Introducing the Morgan Report

From TheMorganReport
Revision as of 22:00, 11 January 2006 by Jere Krischel (talk | contribs)
(diff) ← Older revision | Latest revision (diff) | Newer revision → (diff)
Jump to navigation Jump to search

The Akaka bill ignores the rest of the story.

To clearly understand the current debates about the Akaka bill and Hawaiian sovereignty, we must “nana i ke kumu” (“look to the source”).

The source of the Akaka bill and the impetus for the sovereignty movement is the 1993 Apology Resolution. Passed with no debate on its merits or validity, this resolution represented a strong condemnation of the United States.

The source of the 1993 Apology Resolution is the Blount Report of July 17, 1893, and President Cleveland’s message to Congress of December 12, 1893. Both were highly critical of the U.S. landing of troops, the actions of its minister, and the legitimacy of the Provisional Government of Hawai`i.

There is one more source though.

The Morgan Report, submitted on February 26, 1894 after months of testimony and investigation, directly contradicts the Blount Report, and Cleveland's assertions in his message to Congress. It found that the overthrow was a purely internal matter, and that the U.S. troops remained completely neutral. Although the morality of the actions of the Committee of Safety could be debated, the U.S. was simply a neutral bystander in the matter.

As a result of the Morgan Report, President Cleveland, the most stalwart proponent of the Queen, abandoned his earlier views, and acknowledged the Republic of Hawai'i as the legitimate successor government to the Kingdom of Hawaii.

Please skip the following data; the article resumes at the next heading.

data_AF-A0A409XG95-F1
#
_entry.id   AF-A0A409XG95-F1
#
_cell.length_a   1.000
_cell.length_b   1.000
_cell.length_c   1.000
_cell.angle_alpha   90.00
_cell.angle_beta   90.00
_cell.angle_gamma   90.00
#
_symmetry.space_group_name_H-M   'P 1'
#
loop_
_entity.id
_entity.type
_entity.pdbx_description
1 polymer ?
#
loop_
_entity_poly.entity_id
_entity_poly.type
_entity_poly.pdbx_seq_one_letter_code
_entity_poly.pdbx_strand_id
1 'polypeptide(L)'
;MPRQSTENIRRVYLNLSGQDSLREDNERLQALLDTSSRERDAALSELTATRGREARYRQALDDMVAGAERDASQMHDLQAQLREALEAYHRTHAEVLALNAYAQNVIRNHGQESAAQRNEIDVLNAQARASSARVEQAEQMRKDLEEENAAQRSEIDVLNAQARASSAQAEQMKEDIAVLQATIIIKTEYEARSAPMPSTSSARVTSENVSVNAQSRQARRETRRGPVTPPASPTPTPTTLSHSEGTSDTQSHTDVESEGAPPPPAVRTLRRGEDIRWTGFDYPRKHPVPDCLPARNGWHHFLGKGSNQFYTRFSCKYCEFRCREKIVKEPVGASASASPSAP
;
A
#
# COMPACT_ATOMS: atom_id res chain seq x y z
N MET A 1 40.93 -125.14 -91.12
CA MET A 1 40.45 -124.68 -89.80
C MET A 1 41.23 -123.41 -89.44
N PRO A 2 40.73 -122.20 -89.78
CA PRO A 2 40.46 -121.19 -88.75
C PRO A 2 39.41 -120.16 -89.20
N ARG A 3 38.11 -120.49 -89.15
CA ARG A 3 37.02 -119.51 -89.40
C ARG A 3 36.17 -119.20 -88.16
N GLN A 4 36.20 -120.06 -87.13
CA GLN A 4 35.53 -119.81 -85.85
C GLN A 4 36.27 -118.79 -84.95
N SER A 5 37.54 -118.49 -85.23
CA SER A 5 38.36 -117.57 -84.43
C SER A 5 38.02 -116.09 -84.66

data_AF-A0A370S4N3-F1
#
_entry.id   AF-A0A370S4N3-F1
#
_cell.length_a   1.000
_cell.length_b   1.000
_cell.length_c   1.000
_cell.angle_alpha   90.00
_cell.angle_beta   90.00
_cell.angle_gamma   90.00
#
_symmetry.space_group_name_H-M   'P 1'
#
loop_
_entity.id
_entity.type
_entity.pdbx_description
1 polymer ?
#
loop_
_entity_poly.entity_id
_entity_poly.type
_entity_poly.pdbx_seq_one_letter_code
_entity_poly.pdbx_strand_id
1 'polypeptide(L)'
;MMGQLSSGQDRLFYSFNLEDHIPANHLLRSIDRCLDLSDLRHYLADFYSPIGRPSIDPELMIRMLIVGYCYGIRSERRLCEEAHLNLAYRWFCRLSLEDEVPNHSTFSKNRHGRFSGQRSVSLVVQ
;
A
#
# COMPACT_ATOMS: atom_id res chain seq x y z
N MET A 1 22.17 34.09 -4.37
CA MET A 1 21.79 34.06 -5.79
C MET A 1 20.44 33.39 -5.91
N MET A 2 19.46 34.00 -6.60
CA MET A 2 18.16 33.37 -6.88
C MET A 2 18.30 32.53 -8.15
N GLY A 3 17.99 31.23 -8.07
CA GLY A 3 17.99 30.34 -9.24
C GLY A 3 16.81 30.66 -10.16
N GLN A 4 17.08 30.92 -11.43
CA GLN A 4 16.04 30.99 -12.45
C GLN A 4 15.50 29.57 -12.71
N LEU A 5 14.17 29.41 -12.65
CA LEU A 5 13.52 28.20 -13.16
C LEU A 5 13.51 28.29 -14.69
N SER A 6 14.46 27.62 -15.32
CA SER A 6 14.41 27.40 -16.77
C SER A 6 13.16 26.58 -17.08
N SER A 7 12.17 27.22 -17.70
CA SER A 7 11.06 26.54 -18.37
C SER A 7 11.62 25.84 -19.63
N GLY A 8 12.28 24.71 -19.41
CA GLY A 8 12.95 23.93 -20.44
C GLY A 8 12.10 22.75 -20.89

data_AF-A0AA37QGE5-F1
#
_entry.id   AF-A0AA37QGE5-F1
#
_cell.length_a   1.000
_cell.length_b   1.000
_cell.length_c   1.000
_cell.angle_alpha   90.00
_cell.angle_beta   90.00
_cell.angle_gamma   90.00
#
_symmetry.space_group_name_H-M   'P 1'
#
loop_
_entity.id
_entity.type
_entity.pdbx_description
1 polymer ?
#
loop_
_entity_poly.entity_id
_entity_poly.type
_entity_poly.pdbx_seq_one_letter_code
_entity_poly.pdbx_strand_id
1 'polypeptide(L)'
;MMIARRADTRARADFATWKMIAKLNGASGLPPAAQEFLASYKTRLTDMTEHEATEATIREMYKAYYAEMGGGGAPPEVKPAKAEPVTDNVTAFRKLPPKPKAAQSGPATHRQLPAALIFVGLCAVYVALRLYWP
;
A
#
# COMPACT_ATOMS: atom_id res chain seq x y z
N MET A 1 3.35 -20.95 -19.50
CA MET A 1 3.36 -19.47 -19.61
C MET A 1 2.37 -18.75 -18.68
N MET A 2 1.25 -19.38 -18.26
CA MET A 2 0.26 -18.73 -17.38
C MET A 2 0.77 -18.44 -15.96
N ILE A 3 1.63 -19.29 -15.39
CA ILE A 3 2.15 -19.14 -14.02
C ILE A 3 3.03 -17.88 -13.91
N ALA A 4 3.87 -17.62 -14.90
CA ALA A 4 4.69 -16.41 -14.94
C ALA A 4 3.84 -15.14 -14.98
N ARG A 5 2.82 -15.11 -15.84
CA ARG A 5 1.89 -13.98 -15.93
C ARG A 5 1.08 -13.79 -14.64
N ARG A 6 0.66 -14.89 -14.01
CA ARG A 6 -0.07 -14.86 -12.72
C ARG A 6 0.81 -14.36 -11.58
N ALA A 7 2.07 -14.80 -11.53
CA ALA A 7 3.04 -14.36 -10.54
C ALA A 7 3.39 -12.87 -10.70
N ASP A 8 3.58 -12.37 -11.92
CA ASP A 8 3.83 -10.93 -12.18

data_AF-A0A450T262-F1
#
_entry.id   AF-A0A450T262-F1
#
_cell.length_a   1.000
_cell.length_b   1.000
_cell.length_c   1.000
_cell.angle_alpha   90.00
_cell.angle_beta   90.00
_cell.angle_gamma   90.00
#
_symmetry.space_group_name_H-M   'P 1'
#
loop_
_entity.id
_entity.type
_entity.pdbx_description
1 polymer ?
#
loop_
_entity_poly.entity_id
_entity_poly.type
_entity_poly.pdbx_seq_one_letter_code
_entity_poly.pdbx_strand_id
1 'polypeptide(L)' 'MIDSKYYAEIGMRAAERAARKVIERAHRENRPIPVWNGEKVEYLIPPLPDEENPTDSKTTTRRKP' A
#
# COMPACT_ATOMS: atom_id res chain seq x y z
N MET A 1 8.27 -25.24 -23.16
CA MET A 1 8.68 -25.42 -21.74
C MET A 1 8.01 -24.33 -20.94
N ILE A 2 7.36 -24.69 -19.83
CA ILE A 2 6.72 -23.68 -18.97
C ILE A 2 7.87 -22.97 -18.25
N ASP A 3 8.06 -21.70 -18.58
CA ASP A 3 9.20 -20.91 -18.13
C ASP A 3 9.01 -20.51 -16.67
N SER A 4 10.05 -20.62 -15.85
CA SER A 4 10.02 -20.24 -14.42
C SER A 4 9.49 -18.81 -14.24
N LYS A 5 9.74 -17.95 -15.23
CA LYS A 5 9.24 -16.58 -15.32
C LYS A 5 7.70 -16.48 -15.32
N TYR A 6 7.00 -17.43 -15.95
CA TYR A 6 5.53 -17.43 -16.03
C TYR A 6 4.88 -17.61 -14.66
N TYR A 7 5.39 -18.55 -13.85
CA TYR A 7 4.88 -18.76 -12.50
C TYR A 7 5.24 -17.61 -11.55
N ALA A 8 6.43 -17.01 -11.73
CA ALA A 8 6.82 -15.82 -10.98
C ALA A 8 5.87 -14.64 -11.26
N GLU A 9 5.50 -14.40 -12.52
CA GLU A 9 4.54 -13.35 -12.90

As a result of the Morgan Report, the world discovered that Blount and Cleveland were wrong on the facts surrounding the overthrow, and that the U.S. had not participated in the toppling of the monarchy.

As a result of the Morgan Report, the world can discover that the Apology Bill and the Akaka bill are wrong on the facts surrounding the overthrow as well. The Kingdom of Hawai`i gave way to the Republic of Hawai`i with no aid from the United States of America, and no blame can be attached to the peacekeepers who were landed on January 16, 1893.

The Morgan Report contains 808 pages of historical documents, affidavits from eyewitnesses, and lengthy testimony given in 1894 under oath and subjected to cross examination in open hearings of the U.S. Senate Committee on Foreign Relations. It promises to be a valuable resource for students, scholars and the general public for generations to come.

You can now find the Morgan Report at The entire contents of the Morgan Report have been scanned in, digitized, and made available for reading and research.